UMass Amherst Libraries Announce Publication of Open-Access Peregrine Falcon Curriculum

“The University of Massachusetts Amherst Libraries are pleased to announce the publication of The UMass Amherst Libraries Falcon Curriculum: An Open Source, Common Core PreK-12 Curriculum on Peregrine Falcons, by Lauren Weiss, Associate Editor, Digital Content, UMass Amherst Libraries, and Margaret Krone ’12MS, ’25PhD (College of Education). It is the first open access textbook developed and published fully by the Libraries.

The curriculum is an open educational resource (OER), meaning that it is freely available to anyone, anywhere, to use and adapt. The lesson plans are mapped to the Common Core, a set of educational standards for teaching and testing between pre-kindergarten and 12th grade, which allows teachers to incorporate them into their curricula more easily….”

New England Quaker Records to be Digitized

“The New England Yearly Meeting of Friends Records—rich and voluminous materials of Quakers going back to their mid-17th-century beginnings—will be the focus of a new digitization project by the Robert S. Cox Special Collections and University Archives Research Center (SCUA), in the UMass Amherst Libraries. When the project is completed, the vital records and meeting minutes heavily consulted by historians and genealogists will be available in SCUA’s digital repository, Credo, on the web, and through the collaborative Massachusetts digital portal, Digital Commonwealth, of which SCUA is a member….”

UMass Libraries Invest in New Publishing Models: Open Access Initiatives Deliver Thousands of New Book Titles to Patrons and the Public | UMass Amherst

“The UMass Amherst Libraries have invested in three open access book publishing programs to bring thousands of new titles to patrons and the public at no cost to them. With the support of institutions like UMass Amherst, MIT Press Direct to Open (D2O) University of Michigan Press Fund to Mission (F2M), and Open Book Publishers will release at least 155 new books in 2022, which will be openly accessible to readers. With these investments, the campus community gains access to an additional 4,900 books published by MIT Press and the University of Michigan Press….”

Framework for Provider Agreements Frequently Asked Questions | UMass Amherst Libraries

“The Framework for Provider Agreements (FPA) is a set of principles to guide the UMass Amherst Libraries when they are working with resource providers (e.g., journal publishers, monograph publishers, data repositories, platforms, infrastructure, etc.).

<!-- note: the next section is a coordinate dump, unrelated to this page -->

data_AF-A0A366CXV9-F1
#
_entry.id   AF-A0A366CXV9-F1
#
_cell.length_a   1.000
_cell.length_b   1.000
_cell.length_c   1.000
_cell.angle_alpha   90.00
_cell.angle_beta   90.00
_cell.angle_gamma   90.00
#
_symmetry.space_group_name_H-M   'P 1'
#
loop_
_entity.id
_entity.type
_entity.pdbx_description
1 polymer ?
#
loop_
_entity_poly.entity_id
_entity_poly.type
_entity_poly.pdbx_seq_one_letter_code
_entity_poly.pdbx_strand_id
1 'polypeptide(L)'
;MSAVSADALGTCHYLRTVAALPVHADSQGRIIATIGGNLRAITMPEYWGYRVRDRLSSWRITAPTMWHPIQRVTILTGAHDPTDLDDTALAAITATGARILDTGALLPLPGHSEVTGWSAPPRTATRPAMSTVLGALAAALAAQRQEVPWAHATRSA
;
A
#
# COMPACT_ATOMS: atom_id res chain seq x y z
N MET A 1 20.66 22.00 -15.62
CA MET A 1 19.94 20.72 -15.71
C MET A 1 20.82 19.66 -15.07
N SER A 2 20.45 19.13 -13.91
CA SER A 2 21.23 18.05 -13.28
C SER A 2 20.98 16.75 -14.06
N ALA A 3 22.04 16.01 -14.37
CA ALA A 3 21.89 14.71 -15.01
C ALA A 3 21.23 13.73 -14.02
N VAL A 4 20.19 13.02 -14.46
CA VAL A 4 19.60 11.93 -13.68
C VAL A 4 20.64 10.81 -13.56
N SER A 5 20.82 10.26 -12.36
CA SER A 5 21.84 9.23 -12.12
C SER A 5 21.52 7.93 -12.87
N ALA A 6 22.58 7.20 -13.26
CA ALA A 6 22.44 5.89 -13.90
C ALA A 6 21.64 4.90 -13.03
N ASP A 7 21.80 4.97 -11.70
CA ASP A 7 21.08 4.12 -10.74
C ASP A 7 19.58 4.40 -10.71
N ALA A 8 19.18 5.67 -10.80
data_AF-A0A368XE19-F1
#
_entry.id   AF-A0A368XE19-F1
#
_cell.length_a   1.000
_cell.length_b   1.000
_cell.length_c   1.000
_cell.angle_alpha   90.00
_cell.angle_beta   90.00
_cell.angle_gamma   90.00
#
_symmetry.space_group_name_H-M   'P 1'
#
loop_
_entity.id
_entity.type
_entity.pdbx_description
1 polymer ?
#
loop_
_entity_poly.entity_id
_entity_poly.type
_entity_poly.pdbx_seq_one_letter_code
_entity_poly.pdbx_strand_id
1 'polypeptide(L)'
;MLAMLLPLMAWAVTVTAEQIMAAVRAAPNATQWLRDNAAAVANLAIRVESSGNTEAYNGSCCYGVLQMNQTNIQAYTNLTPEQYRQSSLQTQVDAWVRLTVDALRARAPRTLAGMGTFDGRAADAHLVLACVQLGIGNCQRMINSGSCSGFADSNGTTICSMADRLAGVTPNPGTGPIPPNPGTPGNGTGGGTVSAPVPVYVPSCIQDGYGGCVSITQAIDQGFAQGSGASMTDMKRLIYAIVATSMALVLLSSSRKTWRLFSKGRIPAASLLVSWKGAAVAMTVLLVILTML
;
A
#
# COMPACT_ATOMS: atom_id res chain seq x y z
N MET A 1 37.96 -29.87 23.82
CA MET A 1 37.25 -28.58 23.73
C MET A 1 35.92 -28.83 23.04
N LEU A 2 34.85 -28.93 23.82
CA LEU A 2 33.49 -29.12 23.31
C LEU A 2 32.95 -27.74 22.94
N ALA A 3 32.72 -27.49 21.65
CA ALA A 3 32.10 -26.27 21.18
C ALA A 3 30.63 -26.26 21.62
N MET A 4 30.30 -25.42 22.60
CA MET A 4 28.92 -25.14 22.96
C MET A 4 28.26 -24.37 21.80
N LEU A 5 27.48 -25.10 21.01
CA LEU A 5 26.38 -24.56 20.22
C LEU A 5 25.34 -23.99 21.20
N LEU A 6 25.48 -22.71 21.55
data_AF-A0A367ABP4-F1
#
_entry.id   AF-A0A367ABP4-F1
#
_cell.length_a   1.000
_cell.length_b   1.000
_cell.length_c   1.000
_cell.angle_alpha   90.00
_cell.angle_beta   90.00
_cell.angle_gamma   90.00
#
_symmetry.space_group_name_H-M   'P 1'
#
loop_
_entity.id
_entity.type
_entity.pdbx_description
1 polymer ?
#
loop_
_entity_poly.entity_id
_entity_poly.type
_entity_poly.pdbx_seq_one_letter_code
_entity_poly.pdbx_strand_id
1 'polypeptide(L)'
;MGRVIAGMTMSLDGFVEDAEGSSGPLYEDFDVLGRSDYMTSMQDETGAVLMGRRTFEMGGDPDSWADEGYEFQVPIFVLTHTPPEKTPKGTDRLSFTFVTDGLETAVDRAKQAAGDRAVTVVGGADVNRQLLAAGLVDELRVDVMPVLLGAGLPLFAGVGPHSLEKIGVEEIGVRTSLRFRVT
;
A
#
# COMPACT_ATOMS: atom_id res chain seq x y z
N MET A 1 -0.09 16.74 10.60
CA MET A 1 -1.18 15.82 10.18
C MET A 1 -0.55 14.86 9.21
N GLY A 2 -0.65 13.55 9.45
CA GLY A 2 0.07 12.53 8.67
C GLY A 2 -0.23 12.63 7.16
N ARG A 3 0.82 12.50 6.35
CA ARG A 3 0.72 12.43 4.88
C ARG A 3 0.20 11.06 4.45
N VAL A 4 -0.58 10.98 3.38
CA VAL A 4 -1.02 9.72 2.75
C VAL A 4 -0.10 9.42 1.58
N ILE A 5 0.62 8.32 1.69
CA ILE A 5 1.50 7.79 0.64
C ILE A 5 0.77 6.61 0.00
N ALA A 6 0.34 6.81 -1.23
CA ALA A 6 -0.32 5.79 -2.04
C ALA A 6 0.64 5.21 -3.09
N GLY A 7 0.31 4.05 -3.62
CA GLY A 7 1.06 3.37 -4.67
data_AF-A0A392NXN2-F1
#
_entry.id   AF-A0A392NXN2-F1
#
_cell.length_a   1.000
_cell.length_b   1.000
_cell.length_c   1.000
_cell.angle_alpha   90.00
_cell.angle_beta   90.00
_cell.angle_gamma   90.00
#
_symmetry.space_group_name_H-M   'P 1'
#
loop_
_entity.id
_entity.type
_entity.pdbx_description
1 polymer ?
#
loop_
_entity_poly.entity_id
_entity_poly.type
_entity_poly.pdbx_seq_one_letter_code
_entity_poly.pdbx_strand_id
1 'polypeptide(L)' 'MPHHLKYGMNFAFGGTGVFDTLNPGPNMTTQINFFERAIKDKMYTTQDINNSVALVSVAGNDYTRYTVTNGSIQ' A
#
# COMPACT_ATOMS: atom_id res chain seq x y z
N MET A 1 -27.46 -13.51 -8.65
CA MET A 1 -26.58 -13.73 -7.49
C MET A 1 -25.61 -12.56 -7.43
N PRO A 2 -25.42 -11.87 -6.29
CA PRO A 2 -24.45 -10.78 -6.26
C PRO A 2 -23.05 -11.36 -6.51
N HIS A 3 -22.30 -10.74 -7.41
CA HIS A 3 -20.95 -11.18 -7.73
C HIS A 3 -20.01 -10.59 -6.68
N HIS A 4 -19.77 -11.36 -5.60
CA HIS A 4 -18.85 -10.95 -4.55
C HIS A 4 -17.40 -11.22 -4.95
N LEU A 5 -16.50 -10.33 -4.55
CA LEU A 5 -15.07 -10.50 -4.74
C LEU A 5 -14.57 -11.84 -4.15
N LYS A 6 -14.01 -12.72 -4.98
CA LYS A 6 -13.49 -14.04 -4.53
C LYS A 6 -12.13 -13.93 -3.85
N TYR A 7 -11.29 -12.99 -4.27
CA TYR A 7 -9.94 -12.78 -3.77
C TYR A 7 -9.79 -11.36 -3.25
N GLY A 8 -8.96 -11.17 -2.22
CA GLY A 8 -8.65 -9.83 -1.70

The FPA also serves as a public declaration relating to the Libraries’ goal of moving towards a more financially sustainable, diverse, accessible, and open system of scholarly communication. We engage in these efforts not only as consumers of intellectual products but also as creators and evaluators.

We also recognize that procedures and expectations can vary among academic disciplines, so the principles are meant to be taken as a guide rather than a rigid set of rules.”

UMass Amherst Libraries Announce Publication of Openly Licensed Textbook, Tutt* a tavola! | UMass Amherst Libraries

“The University of Massachusetts Amherst Libraries are pleased to announce the publication of the openly licensed textbook, Tutt* a tavola! Dr. Stacy Giufre and Dr. Melina Masterson were 2020 recipients of two Open Education Initiative grants that are funded by the Provost’s Office and University Libraries.

Tutt* a tavola! is a two-volume textbook for Elementary Italian (Italian 110 and 120, over two semesters)….

Accessible, online versions of the volumes are available at the University Libraries open books website: and …”

UMass Amherst Libraries Statement on Textbooks | UMass Amherst Libraries

“As fall semester 2020 approaches, library, faculty, and staff are working to provide alternative access to print course reserves. To support instructors and students over the next several months, we are utilizing different approaches to how we acquire course textbooks to ensure that students have access to needed resources in alternative learning environments.  

The cost of textbooks and other course materials are a barrier for students at every university. To avoid fees, some students don’t purchase textbooks, instead, they use a copy on reserve. A significant portion of print books on reserve are required textbooks, which students are unable to use without coming into the library building. Complicating this work are textbook publishers, who often do not make electronic formats available to libraries for purchase as they have built their business models around selling e-textbooks directly to students.  …

Due to these constraints, we are working with faculty and instructors to explore and identify viable textbook alternatives, including: …

Adopting open educational resources (OER). OERs are freely available educational materials that are openly licensed to allow for re-use and modification by instructors. …”